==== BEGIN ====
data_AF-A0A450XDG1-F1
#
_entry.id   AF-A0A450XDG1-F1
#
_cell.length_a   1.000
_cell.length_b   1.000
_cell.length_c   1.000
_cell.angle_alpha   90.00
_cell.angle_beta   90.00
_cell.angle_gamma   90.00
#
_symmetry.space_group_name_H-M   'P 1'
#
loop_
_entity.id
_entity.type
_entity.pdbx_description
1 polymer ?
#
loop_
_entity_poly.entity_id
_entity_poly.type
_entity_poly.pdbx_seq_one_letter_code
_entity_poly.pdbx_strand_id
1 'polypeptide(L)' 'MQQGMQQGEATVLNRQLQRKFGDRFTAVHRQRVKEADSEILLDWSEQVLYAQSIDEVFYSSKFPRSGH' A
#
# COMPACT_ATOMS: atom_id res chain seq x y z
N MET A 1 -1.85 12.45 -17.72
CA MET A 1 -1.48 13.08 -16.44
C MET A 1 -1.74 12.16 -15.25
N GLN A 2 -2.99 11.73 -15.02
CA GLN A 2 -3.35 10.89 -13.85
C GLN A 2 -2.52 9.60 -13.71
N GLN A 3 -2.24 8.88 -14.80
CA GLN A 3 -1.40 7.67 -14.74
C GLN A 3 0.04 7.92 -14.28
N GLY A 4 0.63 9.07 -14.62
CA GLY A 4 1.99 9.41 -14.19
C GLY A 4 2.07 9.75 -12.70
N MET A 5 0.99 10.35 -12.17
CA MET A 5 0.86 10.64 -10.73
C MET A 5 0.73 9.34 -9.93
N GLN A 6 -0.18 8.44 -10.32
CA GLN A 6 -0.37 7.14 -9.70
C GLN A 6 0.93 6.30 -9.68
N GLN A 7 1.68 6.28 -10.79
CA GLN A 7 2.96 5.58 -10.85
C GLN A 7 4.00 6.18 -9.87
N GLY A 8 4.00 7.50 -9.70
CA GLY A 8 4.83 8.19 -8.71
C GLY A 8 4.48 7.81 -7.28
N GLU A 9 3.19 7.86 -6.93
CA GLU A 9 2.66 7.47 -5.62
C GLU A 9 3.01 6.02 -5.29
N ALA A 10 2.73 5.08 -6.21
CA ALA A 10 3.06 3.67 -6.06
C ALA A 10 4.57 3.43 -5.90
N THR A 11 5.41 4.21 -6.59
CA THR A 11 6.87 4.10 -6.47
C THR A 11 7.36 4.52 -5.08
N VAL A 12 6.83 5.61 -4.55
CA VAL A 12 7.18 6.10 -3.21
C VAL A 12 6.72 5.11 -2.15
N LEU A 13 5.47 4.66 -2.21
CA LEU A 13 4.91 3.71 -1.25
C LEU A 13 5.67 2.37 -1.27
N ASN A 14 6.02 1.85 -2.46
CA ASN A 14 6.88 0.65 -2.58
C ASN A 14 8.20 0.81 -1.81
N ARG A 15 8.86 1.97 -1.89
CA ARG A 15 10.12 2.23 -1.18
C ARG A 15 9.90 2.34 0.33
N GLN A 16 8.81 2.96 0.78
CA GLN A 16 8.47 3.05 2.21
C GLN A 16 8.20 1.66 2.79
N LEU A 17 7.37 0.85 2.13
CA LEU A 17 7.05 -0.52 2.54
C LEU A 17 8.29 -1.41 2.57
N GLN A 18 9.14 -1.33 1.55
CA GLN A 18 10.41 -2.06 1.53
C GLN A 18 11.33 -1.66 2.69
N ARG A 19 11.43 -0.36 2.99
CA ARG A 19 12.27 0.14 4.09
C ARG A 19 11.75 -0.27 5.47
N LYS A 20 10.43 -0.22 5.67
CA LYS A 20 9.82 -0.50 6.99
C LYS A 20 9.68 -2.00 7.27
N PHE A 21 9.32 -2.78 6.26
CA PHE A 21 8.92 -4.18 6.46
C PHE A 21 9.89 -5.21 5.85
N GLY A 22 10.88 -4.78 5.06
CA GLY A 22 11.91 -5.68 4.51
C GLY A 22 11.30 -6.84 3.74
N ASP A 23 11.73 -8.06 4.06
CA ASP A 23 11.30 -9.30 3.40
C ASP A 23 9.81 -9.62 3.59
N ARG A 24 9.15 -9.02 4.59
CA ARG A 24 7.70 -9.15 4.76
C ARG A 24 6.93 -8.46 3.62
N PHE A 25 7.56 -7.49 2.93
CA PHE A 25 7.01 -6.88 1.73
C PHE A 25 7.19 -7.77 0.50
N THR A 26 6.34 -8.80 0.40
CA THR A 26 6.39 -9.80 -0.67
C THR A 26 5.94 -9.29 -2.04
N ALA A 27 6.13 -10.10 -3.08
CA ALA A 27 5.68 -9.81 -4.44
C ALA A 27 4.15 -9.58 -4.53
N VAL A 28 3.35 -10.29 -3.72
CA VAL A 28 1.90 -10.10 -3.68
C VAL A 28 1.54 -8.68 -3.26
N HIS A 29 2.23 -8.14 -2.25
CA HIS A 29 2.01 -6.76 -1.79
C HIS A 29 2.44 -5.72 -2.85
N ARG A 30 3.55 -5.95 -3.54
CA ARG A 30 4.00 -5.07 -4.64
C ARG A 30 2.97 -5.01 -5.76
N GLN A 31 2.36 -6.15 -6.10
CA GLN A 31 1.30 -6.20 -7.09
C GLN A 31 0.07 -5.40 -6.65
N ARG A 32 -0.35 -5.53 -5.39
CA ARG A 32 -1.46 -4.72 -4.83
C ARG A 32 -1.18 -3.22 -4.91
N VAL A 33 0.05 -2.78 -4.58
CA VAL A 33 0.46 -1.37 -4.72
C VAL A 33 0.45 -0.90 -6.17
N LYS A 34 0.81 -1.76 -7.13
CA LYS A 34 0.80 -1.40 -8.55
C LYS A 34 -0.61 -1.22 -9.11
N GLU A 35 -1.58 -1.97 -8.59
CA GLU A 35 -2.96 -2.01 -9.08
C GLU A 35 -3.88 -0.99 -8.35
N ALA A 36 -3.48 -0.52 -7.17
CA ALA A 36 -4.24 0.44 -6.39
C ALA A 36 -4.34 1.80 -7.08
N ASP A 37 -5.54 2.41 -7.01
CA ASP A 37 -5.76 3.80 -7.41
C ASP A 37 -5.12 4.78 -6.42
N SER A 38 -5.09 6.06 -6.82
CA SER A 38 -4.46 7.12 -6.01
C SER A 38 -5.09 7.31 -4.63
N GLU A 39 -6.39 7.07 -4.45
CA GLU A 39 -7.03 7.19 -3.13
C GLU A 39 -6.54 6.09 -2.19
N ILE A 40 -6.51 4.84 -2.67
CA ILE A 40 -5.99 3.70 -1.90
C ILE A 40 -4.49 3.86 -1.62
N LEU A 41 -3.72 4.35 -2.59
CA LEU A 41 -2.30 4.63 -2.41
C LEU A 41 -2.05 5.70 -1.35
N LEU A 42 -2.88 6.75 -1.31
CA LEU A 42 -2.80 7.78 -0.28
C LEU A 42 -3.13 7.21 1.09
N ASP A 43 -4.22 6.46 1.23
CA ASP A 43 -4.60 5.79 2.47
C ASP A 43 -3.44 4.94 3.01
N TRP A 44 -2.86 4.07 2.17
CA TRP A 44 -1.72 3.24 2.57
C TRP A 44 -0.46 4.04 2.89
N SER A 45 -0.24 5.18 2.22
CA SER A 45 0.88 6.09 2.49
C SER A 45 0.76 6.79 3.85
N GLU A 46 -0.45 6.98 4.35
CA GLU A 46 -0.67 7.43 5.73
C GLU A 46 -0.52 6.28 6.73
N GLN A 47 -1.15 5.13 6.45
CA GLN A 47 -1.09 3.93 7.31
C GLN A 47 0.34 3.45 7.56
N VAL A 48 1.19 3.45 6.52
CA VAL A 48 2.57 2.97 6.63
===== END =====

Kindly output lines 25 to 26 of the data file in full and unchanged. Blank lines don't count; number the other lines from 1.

1 'polypeptide(L)' 'MQQGMQQGEATVLNRQLQRKFGDRFTAVHRQRVKEADSEILLDWSEQVLYAQSIDEVFYSSKFPRSGH' A
#